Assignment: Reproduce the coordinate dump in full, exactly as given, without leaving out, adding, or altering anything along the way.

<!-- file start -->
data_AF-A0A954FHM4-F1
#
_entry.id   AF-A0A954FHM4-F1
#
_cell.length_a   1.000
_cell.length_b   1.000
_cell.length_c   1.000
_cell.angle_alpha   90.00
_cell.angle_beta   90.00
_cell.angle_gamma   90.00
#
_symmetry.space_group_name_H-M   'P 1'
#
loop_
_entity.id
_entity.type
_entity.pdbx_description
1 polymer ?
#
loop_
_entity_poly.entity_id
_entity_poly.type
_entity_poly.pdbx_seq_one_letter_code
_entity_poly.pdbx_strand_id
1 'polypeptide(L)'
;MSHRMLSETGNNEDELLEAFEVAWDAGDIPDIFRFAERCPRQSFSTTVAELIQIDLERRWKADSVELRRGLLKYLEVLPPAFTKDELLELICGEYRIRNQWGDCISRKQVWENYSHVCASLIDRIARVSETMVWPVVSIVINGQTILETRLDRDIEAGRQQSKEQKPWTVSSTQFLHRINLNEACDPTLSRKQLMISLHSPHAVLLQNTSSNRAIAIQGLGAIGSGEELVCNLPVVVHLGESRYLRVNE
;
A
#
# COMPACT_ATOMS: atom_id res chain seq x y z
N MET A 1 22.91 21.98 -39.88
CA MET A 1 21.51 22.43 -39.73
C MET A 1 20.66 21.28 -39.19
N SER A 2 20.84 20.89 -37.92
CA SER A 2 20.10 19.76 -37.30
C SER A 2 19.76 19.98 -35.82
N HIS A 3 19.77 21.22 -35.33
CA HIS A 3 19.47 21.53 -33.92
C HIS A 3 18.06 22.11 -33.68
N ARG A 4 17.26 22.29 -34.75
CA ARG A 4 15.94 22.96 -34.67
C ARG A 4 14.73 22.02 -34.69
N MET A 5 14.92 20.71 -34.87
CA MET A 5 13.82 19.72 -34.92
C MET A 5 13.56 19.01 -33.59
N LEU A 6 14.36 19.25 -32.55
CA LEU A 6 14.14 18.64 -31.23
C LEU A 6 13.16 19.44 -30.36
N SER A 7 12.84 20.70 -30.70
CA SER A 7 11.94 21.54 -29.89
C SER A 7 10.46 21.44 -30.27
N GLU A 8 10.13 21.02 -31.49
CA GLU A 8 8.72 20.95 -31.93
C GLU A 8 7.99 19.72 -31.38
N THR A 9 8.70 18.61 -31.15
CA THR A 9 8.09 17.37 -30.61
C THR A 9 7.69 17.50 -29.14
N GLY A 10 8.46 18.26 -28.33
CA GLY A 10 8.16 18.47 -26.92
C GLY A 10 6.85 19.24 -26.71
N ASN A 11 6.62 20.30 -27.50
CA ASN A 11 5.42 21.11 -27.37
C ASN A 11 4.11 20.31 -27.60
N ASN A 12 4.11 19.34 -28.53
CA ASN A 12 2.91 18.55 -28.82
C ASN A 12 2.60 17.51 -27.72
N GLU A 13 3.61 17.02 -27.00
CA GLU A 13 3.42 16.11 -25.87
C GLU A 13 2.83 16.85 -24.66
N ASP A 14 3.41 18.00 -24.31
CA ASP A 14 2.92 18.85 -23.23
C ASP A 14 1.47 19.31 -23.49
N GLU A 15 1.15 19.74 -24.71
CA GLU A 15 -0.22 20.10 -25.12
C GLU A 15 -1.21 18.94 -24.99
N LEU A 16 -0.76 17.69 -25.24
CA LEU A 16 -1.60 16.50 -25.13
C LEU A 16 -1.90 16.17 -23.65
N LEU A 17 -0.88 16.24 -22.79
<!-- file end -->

data_AF-A0A954FHM4-F1
#
_entry.id   AF-A0A954FHM4-F1
#
_cell.length_a   1.000
_cell.length_b   1.000
_cell.length_c   1.000
_cell.angle_alpha   90.00
_cell.angle_beta   90.00
_cell.angle_gamma   90.00
#
_symmetry.space_group_name_H-M   'P 1'
#
loop_
_entity.id
_entity.type
_entity.pdbx_description
1 polymer ?
#
loop_
_entity_poly.entity_id
_entity_poly.type
_entity_poly.pdbx_seq_one_letter_code
_entity_poly.pdbx_strand_id
1 'polypeptide(L)'
;MSHRMLSETGNNEDELLEAFEVAWDAGDIPDIFRFAERCPRQSFSTTVAELIQIDLERRWKADSVELRRGLLKYLEVLPPAFTKDELLELICGEYRIRNQWGDCISRKQVWENYSHVCASLIDRIARVSETMVWPVVSIVINGQTILETRLDRDIEAGRQQSKEQKPWTVSSTQFLHRINLNEACDPTLSRKQLMISLHSPHAVLLQNTSSNRAIAIQGLGAIGSGEELVCNLPVVVHLGESRYLRVNE
;
A
#
# COMPACT_ATOMS: atom_id res chain seq x y z
N MET A 1 22.91 21.98 -39.88
CA MET A 1 21.51 22.43 -39.73
C MET A 1 20.66 21.28 -39.19
N SER A 2 20.84 20.89 -37.92
CA SER A 2 20.10 19.76 -37.30
C SER A 2 19.76 19.98 -35.82
N HIS A 3 19.77 21.22 -35.33
CA HIS A 3 19.47 21.53 -33.92
C HIS A 3 18.06 22.11 -33.68
N ARG A 4 17.26 22.29 -34.75
CA ARG A 4 15.94 22.96 -34.67
C ARG A 4 14.73 22.02 -34.69
N MET A 5 14.92 20.71 -34.87
CA MET A 5 13.82 19.72 -34.92
C MET A 5 13.56 19.01 -33.59
N LEU A 6 14.36 19.25 -32.55
CA LEU A 6 14.14 18.64 -31.23
C LEU A 6 13.16 19.44 -30.36
N SER A 7 12.84 20.70 -30.70
CA SER A 7 11.94 21.54 -29.89
C SER A 7 10.46 21.44 -30.27
N GLU A 8 10.13 21.02 -31.49
CA GLU A 8 8.72 20.95 -31.93
C GLU A 8 7.99 19.72 -31.38
N THR A 9 8.70 18.61 -31.15
CA THR A 9 8.09 17.37 -30.61
C THR A 9 7.69 17.50 -29.14
N GLY A 10 8.46 18.26 -28.33
CA GLY A 10 8.16 18.47 -26.92
C GLY A 10 6.85 19.24 -26.71
N ASN A 11 6.62 20.30 -27.50
CA ASN A 11 5.42 21.11 -27.37
C ASN A 11 4.11 20.31 -27.60
N ASN A 12 4.11 19.34 -28.53
CA ASN A 12 2.91 18.55 -28.82
C ASN A 12 2.60 17.51 -27.72
N GLU A 13 3.61 17.02 -27.00
CA GLU A 13 3.42 16.11 -25.87
C GLU A 13 2.83 16.85 -24.66
N ASP A 14 3.41 18.00 -24.31
CA ASP A 14 2.92 18.85 -23.23
C ASP A 14 1.47 19.31 -23.49
N GLU A 15 1.15 19.74 -24.71
CA GLU A 15 -0.22 20.10 -25.12
C GLU A 15 -1.21 18.94 -24.99
N LEU A 16 -0.76 17.69 -25.24
CA LEU A 16 -1.60 16.50 -25.13
C LEU A 16 -1.90 16.17 -23.65
N LEU A 17 -0.88 16.24 -22.79